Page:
Mosquito Cell Technologies at the DRSC-BTRR

Cell-based screens with CRISPR-Cas9 technology

Cell-based functional genomics screens using CRISPR-Cas9 technology have opened the doors to new discovery in mammalian cell lines. This approach typically relies on use of viral vectors to deliver the sgRNA library. For cell lines for which equivalent viral transduction systems are not available, or for assays in which delivery via viral vectors is problematic, this had been a barrier.

R. Viswanatha and colleagues in the Perrimon lab pushed past this barrier by developing a new approach to pooled-format CRISPR cell screening to Drosophila cells. The method relies on site-specific recombination rather than viral delivery of sgRNAs. One thing we find exicting about this new technology? It is extensible to additional cell types including cells from other insect species.

Seeking new collaborations for mosquito cell projects

The DRSC-BTRR in the Perrimon lab at Harvard Medical School has among its goals to make it possible for laboratories focused on mosquito research to perform genome-wide, pooled format screens in mosquito cell lines. The most approachable screens are 'selections' that identify genes for which knockout confers resistance to a toxin, drug, or other perturbation that normally kills cells or slows division. However, work in other systems suggests that many other screen assays can be performed using this technology, including flow cytometry-based assays.

We are interested to partner with mosquito biologists and others who can further test the screening approach for use in biomedically relevant assays. For some mosquito species, we are actively developing 'screen-ready' cell lines. For others, we can provide reagents that would make it possible for you to first engineer screen-ready cells, then perform CRISPR-based studies including pooled-format screens.

What's available (as of August 2020)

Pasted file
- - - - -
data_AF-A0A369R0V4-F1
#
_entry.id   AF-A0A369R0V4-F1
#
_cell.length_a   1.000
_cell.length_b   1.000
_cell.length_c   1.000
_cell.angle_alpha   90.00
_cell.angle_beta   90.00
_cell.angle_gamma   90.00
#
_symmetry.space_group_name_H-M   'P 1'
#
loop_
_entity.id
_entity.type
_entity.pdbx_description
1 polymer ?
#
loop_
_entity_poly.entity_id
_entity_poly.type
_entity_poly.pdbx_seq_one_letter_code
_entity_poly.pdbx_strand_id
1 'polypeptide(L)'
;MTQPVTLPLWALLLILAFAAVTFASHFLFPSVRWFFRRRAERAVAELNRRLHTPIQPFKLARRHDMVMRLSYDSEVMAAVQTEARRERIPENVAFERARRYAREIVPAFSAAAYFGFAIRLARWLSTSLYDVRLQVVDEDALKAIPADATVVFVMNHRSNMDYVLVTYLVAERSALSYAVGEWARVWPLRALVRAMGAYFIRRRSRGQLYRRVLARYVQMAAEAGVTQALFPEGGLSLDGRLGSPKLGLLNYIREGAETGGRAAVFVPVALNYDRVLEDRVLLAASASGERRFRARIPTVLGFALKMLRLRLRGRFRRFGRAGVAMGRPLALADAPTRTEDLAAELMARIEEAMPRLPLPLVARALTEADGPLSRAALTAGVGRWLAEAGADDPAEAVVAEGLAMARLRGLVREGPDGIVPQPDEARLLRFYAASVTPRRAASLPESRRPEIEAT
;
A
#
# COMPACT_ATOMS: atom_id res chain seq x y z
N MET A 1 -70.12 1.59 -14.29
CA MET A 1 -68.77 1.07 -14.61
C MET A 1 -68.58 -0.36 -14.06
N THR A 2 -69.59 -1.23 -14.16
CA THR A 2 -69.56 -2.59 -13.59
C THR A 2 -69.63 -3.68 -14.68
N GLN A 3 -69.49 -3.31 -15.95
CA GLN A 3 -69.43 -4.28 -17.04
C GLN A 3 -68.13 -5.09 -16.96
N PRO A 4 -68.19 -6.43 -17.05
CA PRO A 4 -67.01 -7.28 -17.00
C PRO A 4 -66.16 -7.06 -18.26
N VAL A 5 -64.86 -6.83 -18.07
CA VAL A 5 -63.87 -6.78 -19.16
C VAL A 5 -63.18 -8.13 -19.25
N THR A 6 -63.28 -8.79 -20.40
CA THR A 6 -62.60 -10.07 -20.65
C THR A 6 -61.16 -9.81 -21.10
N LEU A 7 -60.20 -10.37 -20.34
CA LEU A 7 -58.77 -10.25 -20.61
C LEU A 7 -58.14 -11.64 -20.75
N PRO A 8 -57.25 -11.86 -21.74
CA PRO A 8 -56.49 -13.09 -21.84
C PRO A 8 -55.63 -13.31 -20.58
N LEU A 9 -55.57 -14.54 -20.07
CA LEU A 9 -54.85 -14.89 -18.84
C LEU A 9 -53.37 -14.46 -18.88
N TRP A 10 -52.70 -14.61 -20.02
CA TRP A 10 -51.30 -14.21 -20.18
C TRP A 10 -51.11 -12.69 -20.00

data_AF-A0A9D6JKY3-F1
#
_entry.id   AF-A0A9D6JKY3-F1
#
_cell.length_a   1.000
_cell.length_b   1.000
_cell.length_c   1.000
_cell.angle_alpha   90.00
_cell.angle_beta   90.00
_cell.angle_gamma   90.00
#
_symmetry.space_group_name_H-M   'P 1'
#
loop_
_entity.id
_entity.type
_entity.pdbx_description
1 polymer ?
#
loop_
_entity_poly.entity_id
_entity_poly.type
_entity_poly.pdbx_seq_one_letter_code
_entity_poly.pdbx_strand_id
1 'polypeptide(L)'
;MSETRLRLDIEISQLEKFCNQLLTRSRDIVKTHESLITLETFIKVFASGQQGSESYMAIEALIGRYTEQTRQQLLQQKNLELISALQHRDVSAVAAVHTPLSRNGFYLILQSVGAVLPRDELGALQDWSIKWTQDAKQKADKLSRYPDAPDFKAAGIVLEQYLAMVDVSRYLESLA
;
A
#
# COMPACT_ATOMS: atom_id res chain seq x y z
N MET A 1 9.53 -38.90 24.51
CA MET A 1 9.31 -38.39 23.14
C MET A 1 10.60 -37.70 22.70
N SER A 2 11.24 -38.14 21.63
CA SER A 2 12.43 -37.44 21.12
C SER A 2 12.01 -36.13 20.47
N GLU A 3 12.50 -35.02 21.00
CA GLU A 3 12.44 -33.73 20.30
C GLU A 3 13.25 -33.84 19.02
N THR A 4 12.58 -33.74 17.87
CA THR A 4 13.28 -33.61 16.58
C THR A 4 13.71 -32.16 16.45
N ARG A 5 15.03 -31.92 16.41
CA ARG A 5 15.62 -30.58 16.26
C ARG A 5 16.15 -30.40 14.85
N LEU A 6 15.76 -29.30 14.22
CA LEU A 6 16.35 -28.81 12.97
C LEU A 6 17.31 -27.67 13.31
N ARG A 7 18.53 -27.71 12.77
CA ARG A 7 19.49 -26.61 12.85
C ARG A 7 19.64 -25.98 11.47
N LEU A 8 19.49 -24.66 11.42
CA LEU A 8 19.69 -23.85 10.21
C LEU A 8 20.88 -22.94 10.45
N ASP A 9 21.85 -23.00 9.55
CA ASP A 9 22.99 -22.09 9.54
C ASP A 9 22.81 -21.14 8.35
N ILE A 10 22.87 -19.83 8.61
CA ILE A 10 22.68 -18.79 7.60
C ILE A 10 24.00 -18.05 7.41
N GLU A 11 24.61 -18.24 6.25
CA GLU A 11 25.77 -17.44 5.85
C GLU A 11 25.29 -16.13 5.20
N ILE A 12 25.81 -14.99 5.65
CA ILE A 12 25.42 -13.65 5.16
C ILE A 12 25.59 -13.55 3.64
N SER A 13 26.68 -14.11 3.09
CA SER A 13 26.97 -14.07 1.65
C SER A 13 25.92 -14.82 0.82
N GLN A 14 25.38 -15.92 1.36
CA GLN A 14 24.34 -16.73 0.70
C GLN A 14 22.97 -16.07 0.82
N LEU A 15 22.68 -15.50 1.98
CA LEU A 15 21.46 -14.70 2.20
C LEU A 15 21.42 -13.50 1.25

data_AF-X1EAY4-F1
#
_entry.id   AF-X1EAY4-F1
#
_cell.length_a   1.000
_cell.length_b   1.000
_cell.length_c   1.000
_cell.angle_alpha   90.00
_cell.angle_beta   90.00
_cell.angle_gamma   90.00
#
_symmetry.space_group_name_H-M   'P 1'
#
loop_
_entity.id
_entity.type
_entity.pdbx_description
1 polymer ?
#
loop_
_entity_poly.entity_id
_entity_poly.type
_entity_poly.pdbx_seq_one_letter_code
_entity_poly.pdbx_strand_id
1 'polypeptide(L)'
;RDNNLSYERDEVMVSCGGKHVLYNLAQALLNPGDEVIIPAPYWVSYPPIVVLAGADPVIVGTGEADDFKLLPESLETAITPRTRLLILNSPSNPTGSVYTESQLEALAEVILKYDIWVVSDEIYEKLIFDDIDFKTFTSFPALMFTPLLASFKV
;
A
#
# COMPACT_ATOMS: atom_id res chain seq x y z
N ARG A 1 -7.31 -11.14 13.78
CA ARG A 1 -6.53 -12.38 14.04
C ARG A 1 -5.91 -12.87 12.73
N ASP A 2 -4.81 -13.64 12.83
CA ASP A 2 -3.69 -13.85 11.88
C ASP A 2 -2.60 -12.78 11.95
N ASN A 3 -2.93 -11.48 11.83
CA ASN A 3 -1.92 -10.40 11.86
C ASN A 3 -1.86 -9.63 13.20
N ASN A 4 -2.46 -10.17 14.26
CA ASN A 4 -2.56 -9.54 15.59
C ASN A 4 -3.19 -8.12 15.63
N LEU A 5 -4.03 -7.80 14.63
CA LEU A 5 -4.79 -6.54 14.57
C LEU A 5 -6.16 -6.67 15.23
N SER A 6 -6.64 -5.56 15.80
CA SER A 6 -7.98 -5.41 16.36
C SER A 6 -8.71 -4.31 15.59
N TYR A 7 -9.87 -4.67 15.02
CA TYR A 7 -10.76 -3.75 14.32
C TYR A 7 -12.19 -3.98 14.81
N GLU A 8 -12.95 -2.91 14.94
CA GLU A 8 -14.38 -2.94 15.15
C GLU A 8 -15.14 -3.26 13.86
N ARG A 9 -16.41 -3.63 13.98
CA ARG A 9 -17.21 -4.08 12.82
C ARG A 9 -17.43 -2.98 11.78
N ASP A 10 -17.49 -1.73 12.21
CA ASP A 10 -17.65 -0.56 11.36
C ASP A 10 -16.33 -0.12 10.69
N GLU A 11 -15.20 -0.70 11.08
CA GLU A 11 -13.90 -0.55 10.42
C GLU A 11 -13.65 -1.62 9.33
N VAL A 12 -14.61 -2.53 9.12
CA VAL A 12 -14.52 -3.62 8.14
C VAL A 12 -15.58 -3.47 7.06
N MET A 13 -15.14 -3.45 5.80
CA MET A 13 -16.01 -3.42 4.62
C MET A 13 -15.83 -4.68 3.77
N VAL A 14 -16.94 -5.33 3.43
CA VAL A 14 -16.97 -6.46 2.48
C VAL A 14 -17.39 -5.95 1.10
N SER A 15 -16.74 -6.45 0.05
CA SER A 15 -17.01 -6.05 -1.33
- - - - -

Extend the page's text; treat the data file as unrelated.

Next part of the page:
We have developed and tested a screening-ready cell line for the mosquito species Anopheles coluzzii. In addition, the system is being developed for specific cell lines derived from Aedes aegypti, Aedes albopictus, and Culex quinquefasciatus. As noted above, we can empower others to establish the system in additional cell lines by providing relevant plasmid vectors and protocols.

In addition, our bioinformatics group, led by Y. Hu, has developed new online resources relevant to work in mosquitos or mosquito cell lines. One supports ortholog mapping between Drosophila and several mosquito species genes. The other supports identification of pre-computed CRISPR sgRNA designs for multiple mosquito species. Specific Anopheles, Aedes, and Culex species are supported. A YouTube demo video is available here.

In sum, we have available:

Only mosquito cells?

Cultured cell lines are available for many instect and other species. If you can imagine the pooled-format CRISPR screening technology we describe being useful in a cell system you are working with, please feel free to get in touch so we can explore together what might be possible. In addition, we have previously established the approach for Drosophila melanogaster cells.

Contact us

  • Questions or comments, including inquiries about new collaborations, can be sent to DRSC-BTRR Director Stephanie Mohr
  • You can also use our bug report form to make a comment or ask a question about an online resource.

Relevant publications